Alfredo Garasini (1916~28)

Ramon Muttis (1923~32)

Ludovico Bidoglio (1922~31)

Domingo Tarasconi (1922~32)

Roberto Cherro (1926~35)

Antonio Alberino (1929~34)

Pedro Arico Suarez (1929~42)

Professional Era (1931-present)

1930s - 1970s

Francisco Varallo (1931~39)

Juan Elias Yustrich (GK) (1932~37)

Delfin Benitez Caceres (1932~38)

Natalio Pescia (1933~42)

Ernesto Lazzatti (1934~47)

Domingos da Guia (1935~37)

Victor Valussi

Juan Alberto Estrada (1938~43)

Jaime Sarlanga (1940~48)

Carlos "Lucho" Sosa (1941~51)

Mario Boye

Severino Varela (1943~45)

Jose Borello (1945-50)

Eduardo Ricagni (1947~49)

Juan Francisco Lombardo (1952~60)

Julio Musimessi (1953~1959)

Antonio Rattin (1956~70)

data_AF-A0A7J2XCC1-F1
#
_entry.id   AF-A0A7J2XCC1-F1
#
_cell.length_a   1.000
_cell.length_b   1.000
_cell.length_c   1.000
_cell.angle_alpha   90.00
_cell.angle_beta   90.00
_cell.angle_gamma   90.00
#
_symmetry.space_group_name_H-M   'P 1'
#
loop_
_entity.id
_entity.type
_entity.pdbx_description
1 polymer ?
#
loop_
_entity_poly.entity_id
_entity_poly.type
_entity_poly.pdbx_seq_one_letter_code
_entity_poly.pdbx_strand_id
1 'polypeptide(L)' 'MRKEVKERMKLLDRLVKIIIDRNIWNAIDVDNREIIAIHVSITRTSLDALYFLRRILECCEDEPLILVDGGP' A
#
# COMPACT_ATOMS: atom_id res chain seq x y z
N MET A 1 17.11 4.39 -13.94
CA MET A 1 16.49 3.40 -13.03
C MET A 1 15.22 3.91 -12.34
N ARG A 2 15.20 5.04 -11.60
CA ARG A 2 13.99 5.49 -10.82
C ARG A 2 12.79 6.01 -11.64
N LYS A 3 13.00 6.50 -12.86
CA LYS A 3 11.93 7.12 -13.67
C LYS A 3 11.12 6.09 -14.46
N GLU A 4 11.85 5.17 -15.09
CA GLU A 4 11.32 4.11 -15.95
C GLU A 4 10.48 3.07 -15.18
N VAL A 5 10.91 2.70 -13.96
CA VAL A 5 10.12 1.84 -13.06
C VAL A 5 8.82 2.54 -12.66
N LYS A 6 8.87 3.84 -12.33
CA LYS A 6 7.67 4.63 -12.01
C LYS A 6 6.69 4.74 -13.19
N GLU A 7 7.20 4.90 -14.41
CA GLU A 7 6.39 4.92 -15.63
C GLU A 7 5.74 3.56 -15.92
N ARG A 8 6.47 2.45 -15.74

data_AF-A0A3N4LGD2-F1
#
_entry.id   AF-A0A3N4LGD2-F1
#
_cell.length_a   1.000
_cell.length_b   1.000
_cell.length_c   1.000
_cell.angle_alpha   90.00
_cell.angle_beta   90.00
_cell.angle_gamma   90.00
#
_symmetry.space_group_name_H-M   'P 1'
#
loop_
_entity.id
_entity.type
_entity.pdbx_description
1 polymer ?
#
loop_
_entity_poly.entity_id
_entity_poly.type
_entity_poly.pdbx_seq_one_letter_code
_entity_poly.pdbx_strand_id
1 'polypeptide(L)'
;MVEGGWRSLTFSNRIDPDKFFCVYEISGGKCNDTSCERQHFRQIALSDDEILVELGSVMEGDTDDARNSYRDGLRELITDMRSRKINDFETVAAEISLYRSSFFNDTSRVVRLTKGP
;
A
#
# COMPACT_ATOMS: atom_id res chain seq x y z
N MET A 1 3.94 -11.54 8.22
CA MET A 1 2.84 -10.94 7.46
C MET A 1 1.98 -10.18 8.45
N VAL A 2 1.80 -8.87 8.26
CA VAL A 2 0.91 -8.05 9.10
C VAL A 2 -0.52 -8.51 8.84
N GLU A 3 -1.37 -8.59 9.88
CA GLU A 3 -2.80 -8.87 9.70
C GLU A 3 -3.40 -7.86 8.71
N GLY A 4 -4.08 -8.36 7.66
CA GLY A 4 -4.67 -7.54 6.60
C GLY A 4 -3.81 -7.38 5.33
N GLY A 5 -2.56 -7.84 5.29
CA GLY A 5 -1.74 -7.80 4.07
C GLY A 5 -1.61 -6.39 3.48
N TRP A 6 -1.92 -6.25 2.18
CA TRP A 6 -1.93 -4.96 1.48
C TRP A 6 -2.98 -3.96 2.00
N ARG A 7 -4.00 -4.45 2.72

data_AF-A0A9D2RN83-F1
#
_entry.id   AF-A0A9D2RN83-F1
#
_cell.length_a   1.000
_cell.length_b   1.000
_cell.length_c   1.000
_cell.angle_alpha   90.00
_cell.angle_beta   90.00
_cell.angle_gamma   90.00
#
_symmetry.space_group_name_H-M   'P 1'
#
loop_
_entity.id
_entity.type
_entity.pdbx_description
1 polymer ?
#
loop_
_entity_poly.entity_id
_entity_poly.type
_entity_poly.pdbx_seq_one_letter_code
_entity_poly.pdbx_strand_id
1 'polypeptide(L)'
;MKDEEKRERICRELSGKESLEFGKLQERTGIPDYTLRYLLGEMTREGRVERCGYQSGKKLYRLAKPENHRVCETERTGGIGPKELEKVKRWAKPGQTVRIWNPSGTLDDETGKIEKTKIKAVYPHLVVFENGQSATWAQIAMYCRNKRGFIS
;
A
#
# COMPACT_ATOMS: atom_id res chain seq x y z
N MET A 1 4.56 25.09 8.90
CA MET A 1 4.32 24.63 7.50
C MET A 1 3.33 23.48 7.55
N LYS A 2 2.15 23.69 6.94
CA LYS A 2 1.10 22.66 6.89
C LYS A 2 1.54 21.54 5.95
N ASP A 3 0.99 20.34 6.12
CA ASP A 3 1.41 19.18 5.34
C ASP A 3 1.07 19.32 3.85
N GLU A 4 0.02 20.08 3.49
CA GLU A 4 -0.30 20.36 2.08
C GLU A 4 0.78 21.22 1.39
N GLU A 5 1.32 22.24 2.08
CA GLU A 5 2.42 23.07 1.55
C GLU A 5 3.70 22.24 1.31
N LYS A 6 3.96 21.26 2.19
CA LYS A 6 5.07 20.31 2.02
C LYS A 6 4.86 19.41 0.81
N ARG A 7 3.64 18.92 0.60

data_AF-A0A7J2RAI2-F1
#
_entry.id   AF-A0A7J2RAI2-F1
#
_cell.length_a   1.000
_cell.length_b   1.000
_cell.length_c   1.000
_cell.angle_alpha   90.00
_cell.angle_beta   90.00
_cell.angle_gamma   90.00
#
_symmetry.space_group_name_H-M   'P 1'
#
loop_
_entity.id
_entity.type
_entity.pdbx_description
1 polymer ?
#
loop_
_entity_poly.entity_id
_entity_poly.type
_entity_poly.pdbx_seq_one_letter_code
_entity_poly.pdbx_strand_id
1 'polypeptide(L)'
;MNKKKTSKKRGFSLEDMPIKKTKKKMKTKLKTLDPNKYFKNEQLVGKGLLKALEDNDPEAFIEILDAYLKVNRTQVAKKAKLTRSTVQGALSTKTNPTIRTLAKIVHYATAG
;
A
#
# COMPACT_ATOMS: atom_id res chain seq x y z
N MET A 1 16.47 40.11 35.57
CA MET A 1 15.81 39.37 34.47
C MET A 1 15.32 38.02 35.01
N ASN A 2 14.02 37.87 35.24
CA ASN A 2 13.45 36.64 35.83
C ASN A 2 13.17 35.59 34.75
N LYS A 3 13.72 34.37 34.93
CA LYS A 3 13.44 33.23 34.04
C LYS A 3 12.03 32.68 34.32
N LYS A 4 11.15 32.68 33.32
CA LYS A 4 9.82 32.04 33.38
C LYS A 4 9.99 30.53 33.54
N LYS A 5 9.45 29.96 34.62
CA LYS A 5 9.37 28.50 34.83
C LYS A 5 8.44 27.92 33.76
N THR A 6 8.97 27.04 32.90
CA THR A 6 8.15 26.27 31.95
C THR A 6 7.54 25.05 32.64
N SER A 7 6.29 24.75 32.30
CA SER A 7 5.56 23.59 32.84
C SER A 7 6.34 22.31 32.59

Silvio Marzolini (1960~72)

Antonio Roma (GK) (1960~72)

Paulo Valentim (1960~64)

Carmelo Simeone (1962~67)

Alfredo "El Tanque" Rojas (1964~68)

Norberto Ruben Madurga (1965~71)

Ramon Hector Ponce (1966~74)

Julio Melendez (1968~72)

Ruben Sune

1970s - 1990s

Enzo Ferrero (1971~75)

Osvaldo Potente

Roberto Mouzo (1971~84)

Hugo Curioni (1970~1973)

Marcelo Trobbiani

Alberto Tarantini (1973~77)

Vicente "Tano" Pernia (1973~81)

Jorge "Chino" Benitez (1973~83)

Jorge Ribolzi (1976~1981)

Carlos Veglio

Carlos Garcia Cambon (1974~77)

Dario Felman (1975~78)

Mario Zanabria (1976~80)

Ernesto "Heber" Mastrangelo (1976~81)

Pancho Sa (1976~81)

Hugo Gatti (1976~89) (GK) (765 matches)

Ricardo Gareca

Diego Maradona

Miguel Angel Brindisi (1981~82)

Julio Olarticoechea (1985~86)

Jose Milton Melgar (1985~88)

Carlos Daniel Tapia (1985~94)

Jorge Comas (1986~89)

Jose Luis Cuciuffo (1987~90)

Diego Latorre

Claudio Marangoni (1988~90)

Juan Simon (1988~94)

Diego Sonora (1988~95)

Carlos Navarro Montoya (1988~96) (GK)

Blas Giunta

1990s - 2000s

Alberto Marcico (1992~95)

"Beto" Carranza (1992~95)